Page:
5. Use the drop-down lists in the Builder section to specify the field of the article that PubMed will search for the term in. Note that the following search fields are available: all fields, title, abstract, authors, affiliation, conflict of interest, language, journal, publisher, publication type, grant number, ISBN, and MeSH terms.
    6. Add as many fields as needed and choose the relation between these fields (AND, OR, or NOT). See Table 1 for further details.
  3. Click Search.
  4. Refine the search results further in the results using different filters available as detailed in Table 2. Note that from now on, the final search done will be saved in the history of the Advanced Search, which was accessed in the first step. This means that the search can be paused at this step and resumed later.
  5. Ensure that each new search is saved in the Advanced Search history screen where it will be assigned a number (e.g., #2). Use this number in the search field above to subtract searched queries (e.g., "#1 NOT #2" to subtract results in search #2 from results of search #1).
  6. Export the results to further analyze them.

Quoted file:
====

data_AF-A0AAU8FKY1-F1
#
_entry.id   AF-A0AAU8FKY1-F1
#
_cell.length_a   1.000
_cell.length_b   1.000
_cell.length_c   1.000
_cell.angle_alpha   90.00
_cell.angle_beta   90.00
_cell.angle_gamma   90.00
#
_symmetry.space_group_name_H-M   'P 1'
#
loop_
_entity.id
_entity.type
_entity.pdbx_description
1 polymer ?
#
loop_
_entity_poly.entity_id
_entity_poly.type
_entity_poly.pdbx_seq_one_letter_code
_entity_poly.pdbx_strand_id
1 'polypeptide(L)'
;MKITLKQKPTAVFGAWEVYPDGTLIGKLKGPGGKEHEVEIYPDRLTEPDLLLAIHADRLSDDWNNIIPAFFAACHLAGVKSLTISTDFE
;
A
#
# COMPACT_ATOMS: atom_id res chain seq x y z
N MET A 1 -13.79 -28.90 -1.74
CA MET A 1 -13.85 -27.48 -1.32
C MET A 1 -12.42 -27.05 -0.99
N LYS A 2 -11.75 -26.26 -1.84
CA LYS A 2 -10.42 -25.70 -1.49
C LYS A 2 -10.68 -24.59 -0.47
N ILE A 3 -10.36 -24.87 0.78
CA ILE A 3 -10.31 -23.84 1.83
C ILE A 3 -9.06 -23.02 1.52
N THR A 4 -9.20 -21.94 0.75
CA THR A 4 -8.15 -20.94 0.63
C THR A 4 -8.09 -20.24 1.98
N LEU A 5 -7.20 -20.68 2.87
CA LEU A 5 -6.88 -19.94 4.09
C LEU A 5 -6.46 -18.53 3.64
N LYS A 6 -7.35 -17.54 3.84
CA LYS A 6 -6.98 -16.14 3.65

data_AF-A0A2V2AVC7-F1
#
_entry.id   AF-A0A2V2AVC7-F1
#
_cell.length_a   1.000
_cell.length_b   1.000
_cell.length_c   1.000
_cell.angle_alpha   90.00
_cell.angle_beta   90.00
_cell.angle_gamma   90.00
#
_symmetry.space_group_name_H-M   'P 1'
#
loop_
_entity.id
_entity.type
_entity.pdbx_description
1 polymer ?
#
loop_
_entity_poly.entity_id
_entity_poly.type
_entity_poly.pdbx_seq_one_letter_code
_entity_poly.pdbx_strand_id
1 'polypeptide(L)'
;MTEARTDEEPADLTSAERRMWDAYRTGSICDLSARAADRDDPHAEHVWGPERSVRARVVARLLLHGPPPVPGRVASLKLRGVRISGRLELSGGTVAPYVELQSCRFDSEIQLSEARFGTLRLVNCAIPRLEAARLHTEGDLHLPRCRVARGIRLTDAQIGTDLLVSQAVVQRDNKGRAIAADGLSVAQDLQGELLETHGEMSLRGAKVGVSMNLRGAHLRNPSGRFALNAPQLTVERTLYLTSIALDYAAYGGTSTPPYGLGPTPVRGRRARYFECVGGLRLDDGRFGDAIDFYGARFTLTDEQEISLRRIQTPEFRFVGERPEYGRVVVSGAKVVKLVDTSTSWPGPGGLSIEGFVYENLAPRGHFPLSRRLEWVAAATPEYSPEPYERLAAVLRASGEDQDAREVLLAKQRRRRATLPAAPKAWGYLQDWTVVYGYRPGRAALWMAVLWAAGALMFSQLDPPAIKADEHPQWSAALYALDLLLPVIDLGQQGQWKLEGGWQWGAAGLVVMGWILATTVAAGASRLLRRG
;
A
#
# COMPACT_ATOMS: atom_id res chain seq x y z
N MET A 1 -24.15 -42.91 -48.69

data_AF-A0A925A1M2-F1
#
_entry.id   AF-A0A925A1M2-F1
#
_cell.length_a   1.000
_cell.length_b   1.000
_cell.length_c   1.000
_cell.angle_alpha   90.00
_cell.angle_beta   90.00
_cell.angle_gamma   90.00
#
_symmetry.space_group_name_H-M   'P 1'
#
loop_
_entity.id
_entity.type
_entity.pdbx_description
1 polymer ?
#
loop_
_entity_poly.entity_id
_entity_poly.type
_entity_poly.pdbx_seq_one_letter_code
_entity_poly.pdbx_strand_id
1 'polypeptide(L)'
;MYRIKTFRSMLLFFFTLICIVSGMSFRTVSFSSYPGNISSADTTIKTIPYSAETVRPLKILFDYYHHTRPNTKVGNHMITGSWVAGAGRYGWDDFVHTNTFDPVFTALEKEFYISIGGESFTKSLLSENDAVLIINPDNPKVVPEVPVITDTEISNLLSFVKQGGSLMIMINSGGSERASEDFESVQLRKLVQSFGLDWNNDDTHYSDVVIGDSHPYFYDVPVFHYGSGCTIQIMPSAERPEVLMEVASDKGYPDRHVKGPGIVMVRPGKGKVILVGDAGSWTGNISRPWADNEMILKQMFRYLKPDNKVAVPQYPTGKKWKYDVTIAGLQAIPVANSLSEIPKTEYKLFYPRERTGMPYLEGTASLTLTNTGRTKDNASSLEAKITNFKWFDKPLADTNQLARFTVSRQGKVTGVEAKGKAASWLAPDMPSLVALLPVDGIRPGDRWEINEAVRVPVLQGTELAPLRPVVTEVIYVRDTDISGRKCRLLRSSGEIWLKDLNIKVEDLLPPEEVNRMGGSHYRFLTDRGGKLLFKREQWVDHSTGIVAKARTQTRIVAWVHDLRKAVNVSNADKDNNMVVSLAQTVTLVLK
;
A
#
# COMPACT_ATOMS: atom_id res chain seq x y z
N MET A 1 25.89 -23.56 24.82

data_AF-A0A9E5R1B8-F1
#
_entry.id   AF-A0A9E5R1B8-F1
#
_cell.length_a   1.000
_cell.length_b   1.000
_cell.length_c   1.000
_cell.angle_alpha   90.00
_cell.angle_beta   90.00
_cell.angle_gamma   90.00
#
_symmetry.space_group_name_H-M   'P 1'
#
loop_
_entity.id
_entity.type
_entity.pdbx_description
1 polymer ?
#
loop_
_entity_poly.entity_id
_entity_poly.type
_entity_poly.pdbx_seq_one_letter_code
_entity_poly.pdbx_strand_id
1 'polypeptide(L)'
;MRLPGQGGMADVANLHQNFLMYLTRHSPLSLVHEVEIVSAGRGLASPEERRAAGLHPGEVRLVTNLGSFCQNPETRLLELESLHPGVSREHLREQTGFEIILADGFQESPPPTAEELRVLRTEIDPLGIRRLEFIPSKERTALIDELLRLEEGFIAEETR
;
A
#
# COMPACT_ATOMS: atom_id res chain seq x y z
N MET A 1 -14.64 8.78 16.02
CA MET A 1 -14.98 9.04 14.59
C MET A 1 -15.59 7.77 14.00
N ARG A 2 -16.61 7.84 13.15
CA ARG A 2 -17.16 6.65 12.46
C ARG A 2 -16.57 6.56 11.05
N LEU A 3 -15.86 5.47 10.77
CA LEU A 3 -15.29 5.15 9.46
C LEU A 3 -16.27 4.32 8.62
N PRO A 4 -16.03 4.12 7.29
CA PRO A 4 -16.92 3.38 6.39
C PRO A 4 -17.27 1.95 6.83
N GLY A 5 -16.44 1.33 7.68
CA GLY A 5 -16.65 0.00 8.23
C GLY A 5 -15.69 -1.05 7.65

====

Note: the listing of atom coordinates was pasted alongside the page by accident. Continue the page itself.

1. Use the FLink tool (https://www.ncbi.nlm.nih.gov/Structure/flink/flink.cgi) to export the results in a comma separated values (CSV) format, and choose PubMed from the Please choose a database to start drop-down list.
    2. Choose Input From Entrez History from the input screen, and an advanced PubMed search history will appear at the drop-down list.
    3. Choose the search performed in the previous steps at the PubMed advanced search and click Submit.
    4. View the resulting report since it provides the option of exporting the search results in a CSV format file.
  7. Perform the following steps to analyze Jordanian research output during a 5-year period between 1/1/2013 and 31/12/2017 using PubMed.
    1. Open the Advanced search form in the document search form at the PubMed website (www.ncbi.nlm.nih.gov/pubmed). 
    2. Use Jordan as the search term and specify Affiliation as the search field. Note that PubMed interprets affiliation as all information related to the author (i.e., author's name, address, affiliation), so exclude any document authored by an author named "Jordan" in which the affiliation country is not Jordan. Follow the steps below to avoid including such irrelevant results.
    3. Type Jordan in another field and choose the field type Author.
    4. Choose the operator NOT as the relation between the two fields and click on Search.
    5. Specify Publication Dates from 1/1/2013 to 31/12/2017 in the results window, and choose Journal Article and Review from Article Types.
    6. Open FLink (https://www.ncbi.nlm.nih.gov/Structure/flink/flink.cgi), and choose PubMed as the database.
    7. Choose Input From Entrez History from the input screen, and choose the search from the drop-down list.
    8. Click Download CSV.